The #CHVCatchUp is a monthly series featuring the latest updates and news from Covenant House Vancouver (“CHV”). Miss604 is proud to be the Official Blog Partner of CHV. This month’s post has been written by Jason Bosher.
Help Three Times as Many Youth this Season with Covenant House Vancouver
Dylan is an intelligent, resilient young man who wears a kind and inviting smile. You would never guess that Dylan spent 20 years of his young life experiencing poverty, starvation, and homelessness.
Dylan grew up in Saskatchewan in an impoverished and dangerous neighbourhood. He lived with his mom and siblings. “I was hungry often, there wasn’t a lot of money, and there was a lot of danger in my environment. It is a very dangerous environment for everybody, for women, for men, for kids.”
Dylan experienced parentification. Not only did he parent his sister, but he would also parent his mom to try and help her become a better parent. This amazing ability, at such a young age, did have a downside: “Parentification was challenging because I neglected my inner child.”
Even immersed in his environment, Dylan was very aware. “Food was everything. And there were lots of dynamics, like the addictions that were going on, the violence that was going on, the starvation that was going on, the negligence and all of these factors that really helped me to understand exactly what I didn’t want. All the stuff that I didn’t want to be, that I didn’t want to see anymore, that I didn’t want to experience anymore.”
After his family had been evicted from their home in Edmonton with no shelters available, Dylan took the money that he had saved and bought three train tickets to Vancouver —for him, his mother, and his sister. Once in Vancouver, Dylan’s mom began to look for shelters for them all. Covenant House Vancouver (CHV) had a bed available in the Crisis Program for Dylan, and his mom and sister stayed in a nearby shelter.
Dylan realized that it takes a lot of self-awareness in order to break the cycle of homelessness. “There’s a lot of guilt that starts as soon as you gain that awareness, and so people avoid awareness. They avoid this monster under the bed, and it’s something that as soon as you realize it, you have to make your way out of it.”
Life at CHV was nothing like the life he had experienced in the first 20 years of his life. “That [being at CHV] was my very first experience having an abundance of food, an incredible abundance of food. I was surrounded by so many colourful people, so many people with different hobbies, with different personalities, which was very new.” With the clothing room at CHV, Dylan was finally able to express himself. “There was a sense of freedom in my expression that had been very quickly dismantled in my previous environment.” He also found the staff to be extremely patient and accommodating. “And then there were the youth workers, who had so much patience and kindness. They were essentially incredible parents. They were all just incredible parents working with children, working with the inner children of these people, or maybe helping lead them into what it’s like to be your own parent.”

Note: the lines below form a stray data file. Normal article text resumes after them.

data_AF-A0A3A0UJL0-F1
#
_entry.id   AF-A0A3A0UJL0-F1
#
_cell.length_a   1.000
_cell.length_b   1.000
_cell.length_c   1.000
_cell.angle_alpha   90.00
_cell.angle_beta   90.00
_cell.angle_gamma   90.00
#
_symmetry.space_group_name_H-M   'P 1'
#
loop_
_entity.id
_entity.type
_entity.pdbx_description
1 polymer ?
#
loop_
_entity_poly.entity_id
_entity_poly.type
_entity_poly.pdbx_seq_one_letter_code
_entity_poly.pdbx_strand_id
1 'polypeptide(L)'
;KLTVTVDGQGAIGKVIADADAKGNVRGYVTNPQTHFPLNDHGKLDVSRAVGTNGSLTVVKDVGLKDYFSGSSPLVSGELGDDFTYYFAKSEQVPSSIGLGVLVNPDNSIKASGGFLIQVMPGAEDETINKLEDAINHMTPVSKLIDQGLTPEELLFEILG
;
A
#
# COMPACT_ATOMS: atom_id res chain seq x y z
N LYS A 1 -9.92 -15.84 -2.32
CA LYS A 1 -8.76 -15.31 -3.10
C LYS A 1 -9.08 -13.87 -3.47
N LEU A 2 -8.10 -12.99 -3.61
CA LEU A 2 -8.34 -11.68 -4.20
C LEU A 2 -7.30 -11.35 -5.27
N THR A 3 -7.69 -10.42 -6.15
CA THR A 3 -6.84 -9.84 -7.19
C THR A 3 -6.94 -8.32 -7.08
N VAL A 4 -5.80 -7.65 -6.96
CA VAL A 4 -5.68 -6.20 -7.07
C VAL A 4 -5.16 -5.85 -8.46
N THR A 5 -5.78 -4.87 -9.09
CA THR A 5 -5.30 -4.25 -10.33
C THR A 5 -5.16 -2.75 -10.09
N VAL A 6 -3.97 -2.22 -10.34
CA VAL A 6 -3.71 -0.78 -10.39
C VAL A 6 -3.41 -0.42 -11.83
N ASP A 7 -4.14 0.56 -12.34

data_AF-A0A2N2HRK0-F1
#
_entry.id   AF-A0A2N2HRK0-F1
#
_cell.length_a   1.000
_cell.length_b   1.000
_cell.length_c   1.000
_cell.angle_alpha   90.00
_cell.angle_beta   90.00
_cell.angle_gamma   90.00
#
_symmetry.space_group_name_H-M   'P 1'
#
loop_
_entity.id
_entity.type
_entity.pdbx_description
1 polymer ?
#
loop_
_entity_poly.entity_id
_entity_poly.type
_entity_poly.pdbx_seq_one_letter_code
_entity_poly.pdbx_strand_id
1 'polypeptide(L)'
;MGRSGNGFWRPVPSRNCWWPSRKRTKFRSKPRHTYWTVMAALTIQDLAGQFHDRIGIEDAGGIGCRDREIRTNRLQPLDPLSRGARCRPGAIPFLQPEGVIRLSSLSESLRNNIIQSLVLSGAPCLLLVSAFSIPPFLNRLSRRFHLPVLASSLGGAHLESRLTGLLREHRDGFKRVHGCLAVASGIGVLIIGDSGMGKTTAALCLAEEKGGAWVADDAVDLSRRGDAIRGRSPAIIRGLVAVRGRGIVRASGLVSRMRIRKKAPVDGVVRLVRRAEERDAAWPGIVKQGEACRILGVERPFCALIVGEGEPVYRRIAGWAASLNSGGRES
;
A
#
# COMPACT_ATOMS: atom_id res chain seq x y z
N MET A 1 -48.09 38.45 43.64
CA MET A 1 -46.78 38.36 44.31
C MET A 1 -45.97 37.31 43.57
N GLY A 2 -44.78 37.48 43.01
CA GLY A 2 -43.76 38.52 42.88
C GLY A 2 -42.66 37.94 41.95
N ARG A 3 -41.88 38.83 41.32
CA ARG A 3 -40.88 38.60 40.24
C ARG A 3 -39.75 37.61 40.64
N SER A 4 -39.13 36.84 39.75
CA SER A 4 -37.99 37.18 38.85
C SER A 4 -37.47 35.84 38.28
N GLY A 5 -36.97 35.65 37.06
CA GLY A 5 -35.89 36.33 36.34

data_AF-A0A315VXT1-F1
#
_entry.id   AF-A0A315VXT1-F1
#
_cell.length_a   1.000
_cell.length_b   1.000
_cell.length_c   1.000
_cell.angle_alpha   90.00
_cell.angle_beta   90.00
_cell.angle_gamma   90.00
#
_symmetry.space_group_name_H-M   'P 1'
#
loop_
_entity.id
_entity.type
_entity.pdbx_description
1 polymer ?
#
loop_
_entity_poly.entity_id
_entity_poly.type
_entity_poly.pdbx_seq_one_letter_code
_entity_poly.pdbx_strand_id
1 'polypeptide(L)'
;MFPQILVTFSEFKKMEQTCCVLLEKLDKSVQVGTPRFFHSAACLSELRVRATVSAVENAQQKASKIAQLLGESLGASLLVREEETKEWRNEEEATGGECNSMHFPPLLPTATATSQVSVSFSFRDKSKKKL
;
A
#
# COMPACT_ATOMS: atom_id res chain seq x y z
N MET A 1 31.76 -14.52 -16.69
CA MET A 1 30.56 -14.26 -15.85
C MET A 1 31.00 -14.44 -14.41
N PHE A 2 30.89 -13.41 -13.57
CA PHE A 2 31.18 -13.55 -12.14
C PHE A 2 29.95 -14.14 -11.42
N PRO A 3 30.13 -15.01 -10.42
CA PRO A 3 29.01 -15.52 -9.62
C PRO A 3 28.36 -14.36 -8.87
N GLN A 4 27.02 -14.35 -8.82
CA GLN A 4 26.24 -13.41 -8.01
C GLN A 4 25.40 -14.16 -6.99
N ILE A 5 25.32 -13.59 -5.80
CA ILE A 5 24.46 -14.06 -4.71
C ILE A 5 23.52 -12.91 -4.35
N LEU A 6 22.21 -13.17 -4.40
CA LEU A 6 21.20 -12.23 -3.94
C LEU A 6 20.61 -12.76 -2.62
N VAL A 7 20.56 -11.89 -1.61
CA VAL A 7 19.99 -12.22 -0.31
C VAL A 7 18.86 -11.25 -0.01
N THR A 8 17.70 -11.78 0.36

Dylan was hesitant to share his traumatic stories with anyone as he feared that the stories could traumatize others. Dylan was aware that CHV had an art therapy room, but it took some time before he engaged. His intention was to just sit down and try to paint something. “It very quickly became something that felt spiritual, because I had realized how I was feeling. I sat down with the paint, and I started painting. I felt this incredible sense of relief. It felt like I was speaking a truth that I had never opened up about. And it was just my emotions. It was very simple. It’s just how I felt. And I was letting it show.”
Eventually, Dylan decided to write poetry. “I had all these ideas that were within me, and I needed to break out; that’s where poetry came in. It was incredible too — just like the painting, just like the food. Through writing poetry, through these ideas, through this colourful language, I was able to more effectively communicate, in general.”
“I’ve seen what life can offer. I knew what it meant to be full every day. I knew what it meant to go to sleep and be a heavy sleeper. And I knew what safety had become. When I had entered Covenant House, I knew that it meant my room was secure. The people I lived with were trustworthy. There was always food, and it was nutritional food. And there was community. I had made so many friends. I’ll never forget that all these experiences that are linked to one central setting — Covenant House.”
Dylan is now living independently, has a job and is currently working on a book of his poetry that he hopes to publish.
Although Dylan’s story is unique, there are many youth who also experience debilitating trauma. But there is a way that you can help.
Covenant House’s Triple Match Is on Now!
If you would like to donate to Covenant House Vancouver and help support youth, like Dylan, on their journeys, there’s great news! Covenant House’s Triple Match Campaign is on now! Bryan and Kim James understand how important it is to meet every youth’s basic needs, so for the second year in a row, Bryan and Kim will be matching donations, so that every gift will go 3X as far in supporting youth as they work towards the futures that they deserve.
Every dollar that you donate, during this campaign, will be matched to triple your impact. But hurry. The Triple Match Campaign ends December 31st. Donate today!
Follow Covenant House Vancouver on their social channels for more info.
Related: Impact of the Housing Affordability Crisis on Youth; Food for Thought – Meeting the Nutritional Needs of Youth at Covenant House; Covenant House Vancouver Harm Reduction Foundations; Supporting the Mental Health of Youth in the Community.